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What is it about Brandon Randolph?

The sophomore guard seems to have a knack for drawing strong opinions; here we look at guards who have had similar freshman seasons and where their careers took them.

Frank Victores-USA TODAY Sports

Brandon Randolph, 2014 - 2.6/1.3/1.3 on .354/.192/.636 shooting; ORtg 88.4, assist rate 17.1%, TO rate 20.7%; 13.3 minutes per game
Not, at a glance, the kind of stat line that gets people excited to share what's on their minds.

But every time we write about Brandon Randolph - and sometimes when we write about not Brandon Randolph - we get a lot of interaction in the comments. There is a group that is fond of pointing out that some factors (Coach Mack's light use of Randolph late last year, Coach Mack's addition of four new guards to the roster, the fact that Coach Mack decides who plays and when) don't project favorably for Randolph going forward. Another group notes that Randolph is a talented player and a hard worker and that nobody should be writing him off just yet. The first group responds, and around and around we go.

This all leads me to wonder if it's reasonable to hope that a player similar to Randolph will one day be getting the meaningful minutes. Thanks to the similarity scores on, we can at least make a reasonably educated guess at it. You can get a lot more detail on the similarity scores here, but the basic idea is that it takes players on teams of similar quality and in the same academic year, compares their weighted stat lines, and then uses a number between 0 and 1000 to represent how similar they are. Anything over 850 is a meaningful match, and anything over 900 is remarkably close.

KenPom lists five players whose stat lines as freshmen gave them an 895 or higher similarity to Randolph's 2014 line. Of those five, 2012 John Isaac and 2012 Brandon Herman immediately fall out of this comparison. Both of those players played one year at the D1 level before transferring to a JuCo. We'll consider that the least favorable outcome for a player like Randolph; congratulations, we've already avoided that.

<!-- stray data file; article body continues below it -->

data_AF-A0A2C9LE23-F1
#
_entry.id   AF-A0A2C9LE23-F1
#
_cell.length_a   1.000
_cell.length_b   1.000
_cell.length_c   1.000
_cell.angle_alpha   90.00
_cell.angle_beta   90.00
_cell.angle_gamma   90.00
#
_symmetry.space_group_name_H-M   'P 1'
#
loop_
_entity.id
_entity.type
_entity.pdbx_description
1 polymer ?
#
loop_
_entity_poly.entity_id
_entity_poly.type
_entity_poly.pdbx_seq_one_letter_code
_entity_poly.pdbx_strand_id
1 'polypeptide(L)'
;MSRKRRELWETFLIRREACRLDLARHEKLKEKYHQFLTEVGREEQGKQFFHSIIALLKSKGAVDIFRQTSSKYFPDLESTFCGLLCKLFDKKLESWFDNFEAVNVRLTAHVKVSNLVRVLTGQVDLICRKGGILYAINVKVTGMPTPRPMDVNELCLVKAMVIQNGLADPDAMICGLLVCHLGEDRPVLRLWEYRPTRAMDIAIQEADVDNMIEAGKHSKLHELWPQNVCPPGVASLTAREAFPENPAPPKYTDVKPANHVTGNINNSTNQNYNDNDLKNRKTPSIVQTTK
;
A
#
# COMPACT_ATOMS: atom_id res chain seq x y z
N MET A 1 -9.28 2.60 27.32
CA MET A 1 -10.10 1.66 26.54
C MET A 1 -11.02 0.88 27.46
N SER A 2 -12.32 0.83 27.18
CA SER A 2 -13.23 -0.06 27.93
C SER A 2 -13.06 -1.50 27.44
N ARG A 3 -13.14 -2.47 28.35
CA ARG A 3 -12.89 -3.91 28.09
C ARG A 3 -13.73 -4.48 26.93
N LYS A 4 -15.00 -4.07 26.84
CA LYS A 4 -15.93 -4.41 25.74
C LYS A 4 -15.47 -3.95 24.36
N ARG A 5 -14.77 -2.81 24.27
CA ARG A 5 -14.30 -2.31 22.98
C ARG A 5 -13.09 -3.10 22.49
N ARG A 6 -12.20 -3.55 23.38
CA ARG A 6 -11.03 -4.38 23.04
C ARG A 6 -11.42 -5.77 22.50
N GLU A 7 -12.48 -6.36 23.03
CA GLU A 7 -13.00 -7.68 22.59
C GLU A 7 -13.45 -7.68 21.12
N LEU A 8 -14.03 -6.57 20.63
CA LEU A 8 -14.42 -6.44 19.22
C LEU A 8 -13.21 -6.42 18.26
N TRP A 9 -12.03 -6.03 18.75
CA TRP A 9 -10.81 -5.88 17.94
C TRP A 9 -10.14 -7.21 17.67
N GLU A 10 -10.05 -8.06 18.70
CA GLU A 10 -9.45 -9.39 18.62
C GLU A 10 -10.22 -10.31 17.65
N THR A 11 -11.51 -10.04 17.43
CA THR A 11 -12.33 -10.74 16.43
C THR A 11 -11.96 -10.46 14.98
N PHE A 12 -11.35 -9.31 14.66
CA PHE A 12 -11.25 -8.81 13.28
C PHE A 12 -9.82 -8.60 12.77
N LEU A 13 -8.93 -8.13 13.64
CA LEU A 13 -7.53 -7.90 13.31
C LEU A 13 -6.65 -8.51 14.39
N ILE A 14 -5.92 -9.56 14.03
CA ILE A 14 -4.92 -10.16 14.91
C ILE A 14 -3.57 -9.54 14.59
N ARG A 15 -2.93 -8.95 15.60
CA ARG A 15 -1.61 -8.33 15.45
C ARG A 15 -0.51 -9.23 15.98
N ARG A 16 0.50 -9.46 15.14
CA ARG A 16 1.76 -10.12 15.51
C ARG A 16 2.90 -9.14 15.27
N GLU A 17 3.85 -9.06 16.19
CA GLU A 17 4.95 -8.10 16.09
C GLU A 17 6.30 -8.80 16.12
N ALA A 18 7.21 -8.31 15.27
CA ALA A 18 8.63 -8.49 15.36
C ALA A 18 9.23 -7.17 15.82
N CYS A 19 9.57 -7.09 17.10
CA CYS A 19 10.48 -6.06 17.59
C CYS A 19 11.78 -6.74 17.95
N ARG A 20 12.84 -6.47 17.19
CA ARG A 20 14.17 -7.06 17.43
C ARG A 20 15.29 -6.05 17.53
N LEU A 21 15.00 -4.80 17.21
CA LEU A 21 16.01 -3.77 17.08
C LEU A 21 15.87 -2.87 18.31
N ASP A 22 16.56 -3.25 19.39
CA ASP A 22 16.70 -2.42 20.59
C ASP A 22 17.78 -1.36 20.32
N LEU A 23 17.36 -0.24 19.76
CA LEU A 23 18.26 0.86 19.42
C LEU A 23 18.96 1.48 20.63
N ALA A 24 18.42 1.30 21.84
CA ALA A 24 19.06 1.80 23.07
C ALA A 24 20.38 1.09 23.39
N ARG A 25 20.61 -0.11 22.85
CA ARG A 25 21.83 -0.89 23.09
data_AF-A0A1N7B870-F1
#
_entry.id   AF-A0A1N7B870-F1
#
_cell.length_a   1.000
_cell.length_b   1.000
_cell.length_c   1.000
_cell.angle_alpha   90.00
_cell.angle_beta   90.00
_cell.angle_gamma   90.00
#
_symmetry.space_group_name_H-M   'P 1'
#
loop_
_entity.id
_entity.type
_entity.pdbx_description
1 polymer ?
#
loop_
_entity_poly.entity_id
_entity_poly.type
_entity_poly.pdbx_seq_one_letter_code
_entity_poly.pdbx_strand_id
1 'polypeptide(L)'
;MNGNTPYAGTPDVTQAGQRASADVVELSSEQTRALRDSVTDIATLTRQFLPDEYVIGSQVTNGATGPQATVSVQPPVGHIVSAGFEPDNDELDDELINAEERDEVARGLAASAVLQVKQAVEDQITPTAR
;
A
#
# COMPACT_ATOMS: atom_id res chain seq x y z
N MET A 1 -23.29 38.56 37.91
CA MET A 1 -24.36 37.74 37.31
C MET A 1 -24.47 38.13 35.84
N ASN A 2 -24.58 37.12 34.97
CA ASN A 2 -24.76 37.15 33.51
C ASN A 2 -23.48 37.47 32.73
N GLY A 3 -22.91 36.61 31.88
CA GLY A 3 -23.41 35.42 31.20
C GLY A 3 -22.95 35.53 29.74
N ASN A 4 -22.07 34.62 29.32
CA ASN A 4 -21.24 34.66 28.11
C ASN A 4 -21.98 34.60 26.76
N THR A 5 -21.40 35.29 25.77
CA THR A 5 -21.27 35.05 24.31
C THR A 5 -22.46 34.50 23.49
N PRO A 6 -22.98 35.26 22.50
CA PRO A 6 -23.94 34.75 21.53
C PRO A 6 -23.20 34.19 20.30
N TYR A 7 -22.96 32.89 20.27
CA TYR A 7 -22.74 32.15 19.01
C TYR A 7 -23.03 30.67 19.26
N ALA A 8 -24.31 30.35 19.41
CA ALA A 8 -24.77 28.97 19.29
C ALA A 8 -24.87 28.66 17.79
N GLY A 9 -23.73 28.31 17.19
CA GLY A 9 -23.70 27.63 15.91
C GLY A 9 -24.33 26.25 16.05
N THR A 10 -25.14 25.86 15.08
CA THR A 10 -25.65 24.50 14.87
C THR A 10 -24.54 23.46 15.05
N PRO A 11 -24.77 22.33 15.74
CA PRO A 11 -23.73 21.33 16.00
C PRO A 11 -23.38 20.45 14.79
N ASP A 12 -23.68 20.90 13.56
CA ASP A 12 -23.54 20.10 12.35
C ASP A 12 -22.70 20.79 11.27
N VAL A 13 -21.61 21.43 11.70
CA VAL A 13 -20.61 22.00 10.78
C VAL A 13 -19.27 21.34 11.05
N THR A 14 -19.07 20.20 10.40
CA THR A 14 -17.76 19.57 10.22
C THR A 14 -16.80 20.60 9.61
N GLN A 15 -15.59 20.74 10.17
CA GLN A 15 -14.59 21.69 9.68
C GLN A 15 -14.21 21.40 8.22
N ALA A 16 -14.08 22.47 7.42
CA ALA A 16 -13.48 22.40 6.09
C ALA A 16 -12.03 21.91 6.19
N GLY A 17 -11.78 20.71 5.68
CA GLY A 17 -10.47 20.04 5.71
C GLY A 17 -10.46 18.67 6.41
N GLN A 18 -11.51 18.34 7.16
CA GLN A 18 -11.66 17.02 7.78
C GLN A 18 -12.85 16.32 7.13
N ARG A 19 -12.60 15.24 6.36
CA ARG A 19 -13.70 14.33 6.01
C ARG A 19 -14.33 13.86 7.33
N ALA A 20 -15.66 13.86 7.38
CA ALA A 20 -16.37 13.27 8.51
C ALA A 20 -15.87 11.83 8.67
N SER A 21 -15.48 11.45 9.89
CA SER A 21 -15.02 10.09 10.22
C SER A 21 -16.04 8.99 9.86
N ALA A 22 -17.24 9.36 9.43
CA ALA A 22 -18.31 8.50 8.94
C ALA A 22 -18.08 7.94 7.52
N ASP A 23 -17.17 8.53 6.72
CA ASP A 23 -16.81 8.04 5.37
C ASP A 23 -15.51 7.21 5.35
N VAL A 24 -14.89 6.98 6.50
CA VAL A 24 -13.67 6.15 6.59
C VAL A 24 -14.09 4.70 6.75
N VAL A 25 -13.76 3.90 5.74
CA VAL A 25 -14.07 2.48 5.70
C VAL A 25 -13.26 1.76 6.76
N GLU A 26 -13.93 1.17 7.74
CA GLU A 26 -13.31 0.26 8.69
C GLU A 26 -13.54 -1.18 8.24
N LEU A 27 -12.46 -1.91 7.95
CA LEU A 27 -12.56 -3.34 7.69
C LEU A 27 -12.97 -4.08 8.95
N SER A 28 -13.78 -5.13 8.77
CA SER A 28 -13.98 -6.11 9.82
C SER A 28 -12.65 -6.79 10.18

The next step up from that is 2012 CJ Cooper of UTEP. Cooper's stats got an 895 similarity score with Randolph, but he's not a great comp for reasons we'll discuss below. Cooper's sophomore campaign witnesses him post a game line of 5.1/0.8/1.0 on .405/.385/.743 shooting. His ORtg jumped from 89.5 to 104.4, but his assist rate dropped and his TO% stayed level and unimpressive. Cooper's minutes took a modest bump, from 15.1 per game to 15.8.

The problem with this comparison is that Cooper was 17-59 from deep as a freshman and 35-91 as a sophomore. Randolph, as you may recall, was 5-26 from beyond the arc and is by no means touted as a great outside shooter. He is also an inch taller and 35 pounds heavier than Cooper at the same age. Unless you think Randolph is suddenly going to start lifting from deep, I think the statistical similarities between he and Cooper are superficial at best.

The next player is 2012 Jordan Gathers of St. Bonaventure, also an 895. He put up 1.7/1.2/1.2 on .339/.161/.500 shooting as a freshman and 3.5/1.8/1.8 on .424/.375/.783 as a sophomore. His ORtg rose 13 points to 107.3 and he clocked a semi-impressive 22.4% assist rate. With the increased production came increased minutes, up from 11.7 to 15.5 per game.

Gathers is probably a little better comp for what I expect out of Randolph. His 3P% was impressive, but it came on just 12-32 shooting; I can see Randolph hitting 12 threes this season and posting a reasonable percentage if he picks his spots. Gathers was slightly turnover prone, a decent defender, and - at 6'3", 200 - similar in build to Randolph. The Bonnies didn't need him to carry the load, but he was a more than serviceable bench option.

Finally, also with an 895 similarity score, there is 2009 Jordan Taylor of Wisconsin. Taylor shot an identical 5-26 from deep and posted an even more miserable .260/.192/.588 shooting line on his way to 1.6/0.9/1.2 per game. He played 13.2 MPG to Randolph's 13.3. He was slightly turnover prone (like Randolph), a miserable shot, and generally inconsistent in his output.

You likely remember what happened next: Taylor posted 10/3.2/3.6 on .395/.327/.718 shooting as a sophomore before being maybe the best player in the nation as a junior. His ORtg jumped to 110.1 from 80.9. He posted an impressive 25.8% assist rate coupled with an eye-popping 11.8% TO rate. His minutes per game jumped to 29.5 and he was an incredible valuable offensive force despite a modest shooting line because of his ability to pick his spots and make things happen for his teammates. If transferring to a JuCo was the least favorable outcome, Jordan Taylor is the most favorable.

So what does that tell us? I don't know. Of the five players from the KenPom era who posted the most similar lines, two were just in over their heads at the D1 level. CJ Cooper profiles as a much better shooter than Randolph is, so he probably doesn't tell us much. After the sophomore year detailed above, Jordan Gathers put up 8.2/2.2/2.1 for the Bonnies last year, a line I think we'd all take from Randolph going forward. And the last one turned into an All-American before his career was over.

I think Randolph has it in him to follow a similar arc to a successful career in college. If he wants that chance, though, he's going to have to fight tooth and nail against a crowded depth chart this season to prove he deserves it.